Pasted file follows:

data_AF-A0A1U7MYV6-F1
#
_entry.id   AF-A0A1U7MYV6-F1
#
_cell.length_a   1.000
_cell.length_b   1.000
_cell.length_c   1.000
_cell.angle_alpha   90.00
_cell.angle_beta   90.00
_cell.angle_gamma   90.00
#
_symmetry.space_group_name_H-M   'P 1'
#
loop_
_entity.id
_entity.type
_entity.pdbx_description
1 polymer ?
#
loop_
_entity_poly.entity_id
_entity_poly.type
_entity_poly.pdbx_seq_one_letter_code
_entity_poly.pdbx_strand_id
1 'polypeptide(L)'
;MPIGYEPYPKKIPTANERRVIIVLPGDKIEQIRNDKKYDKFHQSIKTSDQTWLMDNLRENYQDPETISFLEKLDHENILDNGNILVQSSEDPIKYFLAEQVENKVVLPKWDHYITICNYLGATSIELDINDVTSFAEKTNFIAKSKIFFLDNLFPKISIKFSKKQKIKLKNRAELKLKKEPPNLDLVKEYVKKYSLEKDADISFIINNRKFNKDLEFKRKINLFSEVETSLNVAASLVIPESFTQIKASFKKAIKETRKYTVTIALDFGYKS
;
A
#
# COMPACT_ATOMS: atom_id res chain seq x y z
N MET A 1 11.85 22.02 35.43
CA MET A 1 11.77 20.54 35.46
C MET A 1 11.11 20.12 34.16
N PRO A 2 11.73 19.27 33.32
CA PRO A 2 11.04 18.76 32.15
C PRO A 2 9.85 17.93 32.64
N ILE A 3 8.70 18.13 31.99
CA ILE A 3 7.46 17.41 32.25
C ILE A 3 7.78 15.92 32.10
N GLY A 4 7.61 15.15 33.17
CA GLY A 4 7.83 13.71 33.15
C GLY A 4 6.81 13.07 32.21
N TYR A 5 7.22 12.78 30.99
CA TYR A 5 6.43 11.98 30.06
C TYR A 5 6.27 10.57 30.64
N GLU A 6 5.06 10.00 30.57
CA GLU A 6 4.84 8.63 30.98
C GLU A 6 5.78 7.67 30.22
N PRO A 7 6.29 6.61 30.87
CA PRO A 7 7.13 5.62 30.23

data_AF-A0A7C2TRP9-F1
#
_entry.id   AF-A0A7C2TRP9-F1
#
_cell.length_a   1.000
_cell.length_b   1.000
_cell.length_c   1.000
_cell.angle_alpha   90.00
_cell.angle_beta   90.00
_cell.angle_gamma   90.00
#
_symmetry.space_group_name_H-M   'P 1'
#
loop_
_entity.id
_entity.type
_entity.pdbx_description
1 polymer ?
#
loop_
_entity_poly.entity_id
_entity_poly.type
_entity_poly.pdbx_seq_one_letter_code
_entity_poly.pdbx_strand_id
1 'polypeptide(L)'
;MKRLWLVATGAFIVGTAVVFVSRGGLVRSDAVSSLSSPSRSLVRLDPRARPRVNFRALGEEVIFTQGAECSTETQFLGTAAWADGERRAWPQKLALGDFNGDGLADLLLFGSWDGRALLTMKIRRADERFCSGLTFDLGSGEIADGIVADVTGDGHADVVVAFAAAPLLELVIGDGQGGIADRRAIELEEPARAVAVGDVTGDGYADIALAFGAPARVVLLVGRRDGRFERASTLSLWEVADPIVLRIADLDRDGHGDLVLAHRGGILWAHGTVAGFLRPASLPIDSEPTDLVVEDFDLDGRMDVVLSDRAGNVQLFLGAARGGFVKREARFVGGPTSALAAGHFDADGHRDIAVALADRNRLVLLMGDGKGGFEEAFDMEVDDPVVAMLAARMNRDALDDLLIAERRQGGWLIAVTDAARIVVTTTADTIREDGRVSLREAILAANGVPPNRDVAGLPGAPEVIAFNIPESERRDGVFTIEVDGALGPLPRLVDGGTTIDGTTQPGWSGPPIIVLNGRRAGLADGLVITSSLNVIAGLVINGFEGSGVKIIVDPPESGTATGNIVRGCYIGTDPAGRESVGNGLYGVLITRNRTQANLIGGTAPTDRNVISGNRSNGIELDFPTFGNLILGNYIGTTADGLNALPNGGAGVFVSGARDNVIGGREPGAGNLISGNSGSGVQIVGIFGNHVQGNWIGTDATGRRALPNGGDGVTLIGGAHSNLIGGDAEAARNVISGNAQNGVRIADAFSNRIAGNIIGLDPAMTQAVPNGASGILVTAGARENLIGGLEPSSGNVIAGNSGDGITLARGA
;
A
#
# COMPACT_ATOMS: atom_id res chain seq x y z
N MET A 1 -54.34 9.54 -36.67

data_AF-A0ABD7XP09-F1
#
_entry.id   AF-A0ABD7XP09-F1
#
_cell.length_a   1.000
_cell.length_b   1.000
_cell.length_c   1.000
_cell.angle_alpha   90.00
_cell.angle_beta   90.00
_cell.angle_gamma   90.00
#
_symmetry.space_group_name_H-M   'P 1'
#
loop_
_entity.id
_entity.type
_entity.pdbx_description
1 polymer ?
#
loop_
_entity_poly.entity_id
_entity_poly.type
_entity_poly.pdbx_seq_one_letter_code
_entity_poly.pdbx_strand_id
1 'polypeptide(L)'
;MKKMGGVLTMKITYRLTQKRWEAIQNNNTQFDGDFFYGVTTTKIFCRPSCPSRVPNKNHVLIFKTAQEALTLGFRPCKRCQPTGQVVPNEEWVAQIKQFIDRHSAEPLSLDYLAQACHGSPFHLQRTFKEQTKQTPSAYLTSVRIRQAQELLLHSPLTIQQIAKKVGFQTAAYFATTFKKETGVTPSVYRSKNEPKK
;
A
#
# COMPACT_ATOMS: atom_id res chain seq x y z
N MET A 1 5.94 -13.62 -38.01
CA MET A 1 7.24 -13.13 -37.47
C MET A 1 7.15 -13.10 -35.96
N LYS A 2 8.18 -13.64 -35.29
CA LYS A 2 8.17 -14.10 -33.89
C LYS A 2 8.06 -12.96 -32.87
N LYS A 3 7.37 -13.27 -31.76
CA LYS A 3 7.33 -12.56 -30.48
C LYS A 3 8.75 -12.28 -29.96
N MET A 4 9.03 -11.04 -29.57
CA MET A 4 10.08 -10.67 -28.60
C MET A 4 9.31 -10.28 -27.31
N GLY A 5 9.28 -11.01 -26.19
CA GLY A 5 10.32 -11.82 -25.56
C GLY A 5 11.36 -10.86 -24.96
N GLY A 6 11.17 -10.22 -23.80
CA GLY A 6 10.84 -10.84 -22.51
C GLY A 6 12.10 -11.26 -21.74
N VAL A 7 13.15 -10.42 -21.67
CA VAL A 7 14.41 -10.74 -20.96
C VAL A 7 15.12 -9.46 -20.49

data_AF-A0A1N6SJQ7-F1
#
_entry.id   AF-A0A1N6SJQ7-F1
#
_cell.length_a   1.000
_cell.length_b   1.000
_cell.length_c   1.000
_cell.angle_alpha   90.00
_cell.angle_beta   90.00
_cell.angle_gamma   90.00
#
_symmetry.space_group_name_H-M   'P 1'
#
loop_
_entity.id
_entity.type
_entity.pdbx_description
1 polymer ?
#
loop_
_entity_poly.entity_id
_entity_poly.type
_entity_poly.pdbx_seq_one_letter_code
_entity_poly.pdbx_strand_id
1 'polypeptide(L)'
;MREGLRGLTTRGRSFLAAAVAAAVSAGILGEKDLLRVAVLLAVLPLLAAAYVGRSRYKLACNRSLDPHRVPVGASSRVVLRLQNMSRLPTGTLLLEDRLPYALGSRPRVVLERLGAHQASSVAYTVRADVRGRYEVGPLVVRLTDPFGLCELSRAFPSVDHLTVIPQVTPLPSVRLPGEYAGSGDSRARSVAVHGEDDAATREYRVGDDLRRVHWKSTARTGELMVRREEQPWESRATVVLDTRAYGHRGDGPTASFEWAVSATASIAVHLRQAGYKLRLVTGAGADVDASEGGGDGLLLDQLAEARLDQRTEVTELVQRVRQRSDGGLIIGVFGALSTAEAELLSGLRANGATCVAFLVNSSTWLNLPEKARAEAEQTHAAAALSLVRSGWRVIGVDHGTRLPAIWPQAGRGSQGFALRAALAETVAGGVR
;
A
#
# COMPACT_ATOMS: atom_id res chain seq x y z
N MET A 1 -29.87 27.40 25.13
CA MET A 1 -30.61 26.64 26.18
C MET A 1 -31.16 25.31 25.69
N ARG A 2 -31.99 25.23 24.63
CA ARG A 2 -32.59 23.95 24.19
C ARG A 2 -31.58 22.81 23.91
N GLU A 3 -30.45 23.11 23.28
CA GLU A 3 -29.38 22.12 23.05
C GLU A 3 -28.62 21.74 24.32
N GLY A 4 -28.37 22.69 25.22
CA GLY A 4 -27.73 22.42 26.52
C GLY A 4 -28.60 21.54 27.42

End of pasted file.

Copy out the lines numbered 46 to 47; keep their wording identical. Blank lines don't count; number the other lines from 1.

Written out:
N GLU A 6 5.06 10.00 30.57
CA GLU A 6 4.84 8.63 30.98